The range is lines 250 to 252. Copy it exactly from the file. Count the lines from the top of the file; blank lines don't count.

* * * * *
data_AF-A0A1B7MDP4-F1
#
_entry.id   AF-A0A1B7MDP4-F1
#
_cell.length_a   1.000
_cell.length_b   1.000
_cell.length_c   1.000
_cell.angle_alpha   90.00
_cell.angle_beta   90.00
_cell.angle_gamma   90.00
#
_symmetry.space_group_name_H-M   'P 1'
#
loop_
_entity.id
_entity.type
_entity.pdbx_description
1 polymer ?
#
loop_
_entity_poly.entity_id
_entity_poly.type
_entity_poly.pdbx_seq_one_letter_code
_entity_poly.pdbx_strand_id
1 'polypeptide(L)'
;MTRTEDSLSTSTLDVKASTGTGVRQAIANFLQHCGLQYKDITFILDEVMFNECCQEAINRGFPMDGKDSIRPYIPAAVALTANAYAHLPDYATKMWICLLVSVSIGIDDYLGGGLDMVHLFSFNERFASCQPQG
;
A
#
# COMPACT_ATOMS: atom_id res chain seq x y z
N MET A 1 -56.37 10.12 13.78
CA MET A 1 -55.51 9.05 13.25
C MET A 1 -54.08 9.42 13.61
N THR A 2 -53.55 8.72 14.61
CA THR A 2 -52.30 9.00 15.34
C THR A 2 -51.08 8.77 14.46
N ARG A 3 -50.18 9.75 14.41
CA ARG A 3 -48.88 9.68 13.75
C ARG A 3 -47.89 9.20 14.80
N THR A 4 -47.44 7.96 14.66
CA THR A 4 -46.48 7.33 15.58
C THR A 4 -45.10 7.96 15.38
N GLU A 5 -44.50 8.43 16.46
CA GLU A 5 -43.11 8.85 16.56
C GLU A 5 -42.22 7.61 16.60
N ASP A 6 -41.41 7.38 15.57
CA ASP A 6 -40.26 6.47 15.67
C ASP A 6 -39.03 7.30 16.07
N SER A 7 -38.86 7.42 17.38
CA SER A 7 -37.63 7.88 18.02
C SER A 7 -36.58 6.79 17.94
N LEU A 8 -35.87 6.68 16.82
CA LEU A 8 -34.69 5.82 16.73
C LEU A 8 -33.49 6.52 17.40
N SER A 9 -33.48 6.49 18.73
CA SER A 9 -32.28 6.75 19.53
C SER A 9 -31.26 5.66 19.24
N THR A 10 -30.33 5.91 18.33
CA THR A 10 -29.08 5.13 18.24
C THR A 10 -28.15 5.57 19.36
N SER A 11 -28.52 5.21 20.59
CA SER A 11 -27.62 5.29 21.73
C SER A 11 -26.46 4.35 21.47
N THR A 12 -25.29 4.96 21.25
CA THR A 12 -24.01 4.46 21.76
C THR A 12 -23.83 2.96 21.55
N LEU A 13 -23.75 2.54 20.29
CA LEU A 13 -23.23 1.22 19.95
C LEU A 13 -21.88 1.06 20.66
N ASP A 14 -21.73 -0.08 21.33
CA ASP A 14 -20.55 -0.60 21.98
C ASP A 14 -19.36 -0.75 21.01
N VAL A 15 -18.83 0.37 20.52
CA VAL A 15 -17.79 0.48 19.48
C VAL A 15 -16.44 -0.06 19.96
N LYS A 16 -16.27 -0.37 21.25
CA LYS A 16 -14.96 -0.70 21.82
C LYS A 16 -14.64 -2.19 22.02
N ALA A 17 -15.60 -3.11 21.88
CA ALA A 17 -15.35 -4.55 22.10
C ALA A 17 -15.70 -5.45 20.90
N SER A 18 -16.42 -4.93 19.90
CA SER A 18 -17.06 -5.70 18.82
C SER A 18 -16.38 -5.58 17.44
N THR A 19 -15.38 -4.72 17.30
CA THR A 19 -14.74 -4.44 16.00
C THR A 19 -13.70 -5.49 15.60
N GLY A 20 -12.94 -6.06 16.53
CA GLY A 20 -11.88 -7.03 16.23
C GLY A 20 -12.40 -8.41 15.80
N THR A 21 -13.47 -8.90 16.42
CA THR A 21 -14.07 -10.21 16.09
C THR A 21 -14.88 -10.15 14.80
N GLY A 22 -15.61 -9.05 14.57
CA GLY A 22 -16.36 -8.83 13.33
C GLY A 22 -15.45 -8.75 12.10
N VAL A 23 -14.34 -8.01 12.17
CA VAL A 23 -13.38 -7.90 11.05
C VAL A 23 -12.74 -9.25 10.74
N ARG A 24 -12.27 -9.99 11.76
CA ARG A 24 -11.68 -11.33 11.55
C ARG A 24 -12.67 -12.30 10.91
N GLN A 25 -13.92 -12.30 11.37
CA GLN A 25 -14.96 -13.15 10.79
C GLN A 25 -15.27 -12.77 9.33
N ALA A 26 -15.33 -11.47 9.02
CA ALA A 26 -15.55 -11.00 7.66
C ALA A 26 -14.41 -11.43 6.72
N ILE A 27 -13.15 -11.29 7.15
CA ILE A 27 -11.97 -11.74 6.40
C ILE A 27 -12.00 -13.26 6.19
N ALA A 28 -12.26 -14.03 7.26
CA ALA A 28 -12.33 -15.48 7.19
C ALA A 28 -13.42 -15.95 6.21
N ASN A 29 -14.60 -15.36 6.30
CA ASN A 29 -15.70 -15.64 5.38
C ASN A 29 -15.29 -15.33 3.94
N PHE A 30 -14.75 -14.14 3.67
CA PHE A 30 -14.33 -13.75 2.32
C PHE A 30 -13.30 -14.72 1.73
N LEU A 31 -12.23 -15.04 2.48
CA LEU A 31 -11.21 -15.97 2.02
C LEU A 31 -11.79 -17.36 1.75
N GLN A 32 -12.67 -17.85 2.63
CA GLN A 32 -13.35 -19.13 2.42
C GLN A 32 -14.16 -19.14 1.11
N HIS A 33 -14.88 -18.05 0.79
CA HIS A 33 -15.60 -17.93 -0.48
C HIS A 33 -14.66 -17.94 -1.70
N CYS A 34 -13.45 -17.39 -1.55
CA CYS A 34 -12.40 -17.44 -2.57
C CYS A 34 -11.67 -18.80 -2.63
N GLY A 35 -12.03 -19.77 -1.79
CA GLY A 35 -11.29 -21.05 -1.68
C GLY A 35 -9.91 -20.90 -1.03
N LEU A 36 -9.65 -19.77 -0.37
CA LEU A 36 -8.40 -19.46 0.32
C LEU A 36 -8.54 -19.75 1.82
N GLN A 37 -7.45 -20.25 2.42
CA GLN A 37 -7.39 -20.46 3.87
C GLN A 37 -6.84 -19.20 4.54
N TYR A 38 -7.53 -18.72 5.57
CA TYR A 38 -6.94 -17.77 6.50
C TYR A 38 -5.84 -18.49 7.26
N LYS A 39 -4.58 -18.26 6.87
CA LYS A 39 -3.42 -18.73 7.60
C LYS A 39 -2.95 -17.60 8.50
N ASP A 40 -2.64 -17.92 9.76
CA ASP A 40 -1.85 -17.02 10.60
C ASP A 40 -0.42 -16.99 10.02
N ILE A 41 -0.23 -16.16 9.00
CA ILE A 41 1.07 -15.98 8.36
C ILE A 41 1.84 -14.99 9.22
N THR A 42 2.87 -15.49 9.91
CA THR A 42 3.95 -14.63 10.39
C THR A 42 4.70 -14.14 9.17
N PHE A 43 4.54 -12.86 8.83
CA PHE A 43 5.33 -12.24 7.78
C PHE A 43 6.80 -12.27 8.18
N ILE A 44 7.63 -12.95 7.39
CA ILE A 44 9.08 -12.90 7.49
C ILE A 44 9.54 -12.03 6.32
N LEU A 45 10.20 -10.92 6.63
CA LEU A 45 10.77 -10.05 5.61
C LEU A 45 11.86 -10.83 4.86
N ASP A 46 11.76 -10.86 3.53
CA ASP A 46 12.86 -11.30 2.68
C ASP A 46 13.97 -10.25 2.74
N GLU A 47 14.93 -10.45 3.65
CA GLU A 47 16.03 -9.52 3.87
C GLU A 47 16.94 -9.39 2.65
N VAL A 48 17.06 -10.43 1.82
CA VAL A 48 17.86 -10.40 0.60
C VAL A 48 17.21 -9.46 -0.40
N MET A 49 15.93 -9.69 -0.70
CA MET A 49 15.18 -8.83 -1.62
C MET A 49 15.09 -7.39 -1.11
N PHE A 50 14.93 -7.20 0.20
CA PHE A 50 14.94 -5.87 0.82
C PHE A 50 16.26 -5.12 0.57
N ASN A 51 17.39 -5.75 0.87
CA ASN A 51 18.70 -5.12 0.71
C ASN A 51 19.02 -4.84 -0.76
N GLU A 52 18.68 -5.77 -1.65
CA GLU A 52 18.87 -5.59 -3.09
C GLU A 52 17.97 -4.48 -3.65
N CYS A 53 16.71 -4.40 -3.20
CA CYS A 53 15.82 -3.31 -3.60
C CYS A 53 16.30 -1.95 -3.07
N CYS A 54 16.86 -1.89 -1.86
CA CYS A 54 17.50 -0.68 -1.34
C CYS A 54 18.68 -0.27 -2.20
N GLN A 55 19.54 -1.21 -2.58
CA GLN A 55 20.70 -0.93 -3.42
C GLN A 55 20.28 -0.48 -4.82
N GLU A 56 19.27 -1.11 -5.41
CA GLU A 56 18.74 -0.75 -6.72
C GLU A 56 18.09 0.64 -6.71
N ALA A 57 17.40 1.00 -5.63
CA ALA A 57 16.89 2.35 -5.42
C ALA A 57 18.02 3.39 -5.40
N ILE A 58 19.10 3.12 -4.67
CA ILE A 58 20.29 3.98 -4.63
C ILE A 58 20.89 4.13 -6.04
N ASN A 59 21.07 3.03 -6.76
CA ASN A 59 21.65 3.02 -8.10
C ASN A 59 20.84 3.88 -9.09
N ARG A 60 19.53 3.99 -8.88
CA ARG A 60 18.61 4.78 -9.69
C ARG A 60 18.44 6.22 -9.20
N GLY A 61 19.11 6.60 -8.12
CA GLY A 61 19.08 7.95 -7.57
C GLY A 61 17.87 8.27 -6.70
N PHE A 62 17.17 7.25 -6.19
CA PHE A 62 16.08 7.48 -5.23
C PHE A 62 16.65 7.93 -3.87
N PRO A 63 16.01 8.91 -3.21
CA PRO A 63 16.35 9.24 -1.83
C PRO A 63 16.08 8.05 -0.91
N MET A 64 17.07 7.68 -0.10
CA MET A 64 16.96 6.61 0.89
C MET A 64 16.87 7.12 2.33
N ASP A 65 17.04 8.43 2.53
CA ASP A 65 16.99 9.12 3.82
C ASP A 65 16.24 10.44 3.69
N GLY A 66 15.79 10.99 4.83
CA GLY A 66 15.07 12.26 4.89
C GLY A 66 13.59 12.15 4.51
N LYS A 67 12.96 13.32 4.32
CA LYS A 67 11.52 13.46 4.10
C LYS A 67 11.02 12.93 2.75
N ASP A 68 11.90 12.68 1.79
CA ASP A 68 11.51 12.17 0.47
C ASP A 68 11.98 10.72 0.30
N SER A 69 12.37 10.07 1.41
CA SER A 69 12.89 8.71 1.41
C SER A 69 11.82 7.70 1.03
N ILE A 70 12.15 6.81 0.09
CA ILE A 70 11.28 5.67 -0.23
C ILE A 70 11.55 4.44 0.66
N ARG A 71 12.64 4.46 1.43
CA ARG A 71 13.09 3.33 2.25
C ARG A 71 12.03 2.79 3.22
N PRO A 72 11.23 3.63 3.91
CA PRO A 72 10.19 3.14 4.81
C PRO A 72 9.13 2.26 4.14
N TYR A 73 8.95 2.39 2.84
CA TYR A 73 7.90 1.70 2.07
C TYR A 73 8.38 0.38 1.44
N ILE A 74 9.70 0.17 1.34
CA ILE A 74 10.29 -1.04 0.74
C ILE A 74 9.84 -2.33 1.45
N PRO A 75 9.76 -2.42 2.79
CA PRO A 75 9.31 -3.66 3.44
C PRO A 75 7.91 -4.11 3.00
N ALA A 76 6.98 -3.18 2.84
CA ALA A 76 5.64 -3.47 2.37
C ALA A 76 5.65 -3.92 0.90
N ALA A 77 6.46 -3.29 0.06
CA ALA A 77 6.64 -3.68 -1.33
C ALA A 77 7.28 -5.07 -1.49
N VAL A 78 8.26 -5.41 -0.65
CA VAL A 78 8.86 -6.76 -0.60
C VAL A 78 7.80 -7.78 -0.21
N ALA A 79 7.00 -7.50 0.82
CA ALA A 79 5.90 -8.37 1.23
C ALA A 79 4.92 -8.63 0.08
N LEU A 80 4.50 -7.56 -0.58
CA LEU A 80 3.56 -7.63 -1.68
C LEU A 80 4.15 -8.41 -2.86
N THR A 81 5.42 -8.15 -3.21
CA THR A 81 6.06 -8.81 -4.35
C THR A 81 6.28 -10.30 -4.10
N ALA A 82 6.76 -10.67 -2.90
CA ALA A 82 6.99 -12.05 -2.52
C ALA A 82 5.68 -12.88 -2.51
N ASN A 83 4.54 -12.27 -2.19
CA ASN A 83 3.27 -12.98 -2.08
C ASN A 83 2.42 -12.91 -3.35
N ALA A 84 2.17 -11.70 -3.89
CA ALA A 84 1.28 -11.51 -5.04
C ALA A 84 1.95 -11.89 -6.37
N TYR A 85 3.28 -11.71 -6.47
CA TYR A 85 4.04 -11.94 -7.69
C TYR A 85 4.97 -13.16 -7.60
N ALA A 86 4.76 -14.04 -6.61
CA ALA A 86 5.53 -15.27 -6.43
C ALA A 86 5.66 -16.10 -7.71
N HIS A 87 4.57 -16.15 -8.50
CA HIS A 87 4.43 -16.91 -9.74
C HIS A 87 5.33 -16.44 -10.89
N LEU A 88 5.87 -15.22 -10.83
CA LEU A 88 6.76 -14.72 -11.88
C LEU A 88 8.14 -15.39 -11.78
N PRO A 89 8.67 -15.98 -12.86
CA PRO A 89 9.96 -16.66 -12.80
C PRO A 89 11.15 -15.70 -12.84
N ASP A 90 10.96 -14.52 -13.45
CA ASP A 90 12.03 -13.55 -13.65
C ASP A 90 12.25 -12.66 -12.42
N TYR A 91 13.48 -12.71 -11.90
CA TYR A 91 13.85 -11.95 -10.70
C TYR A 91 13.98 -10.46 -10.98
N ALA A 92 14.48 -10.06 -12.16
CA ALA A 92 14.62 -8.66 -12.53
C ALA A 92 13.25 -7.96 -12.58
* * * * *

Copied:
N ILE A 74 9.70 0.17 1.34
CA ILE A 74 10.29 -1.04 0.74
C ILE A 74 9.84 -2.33 1.45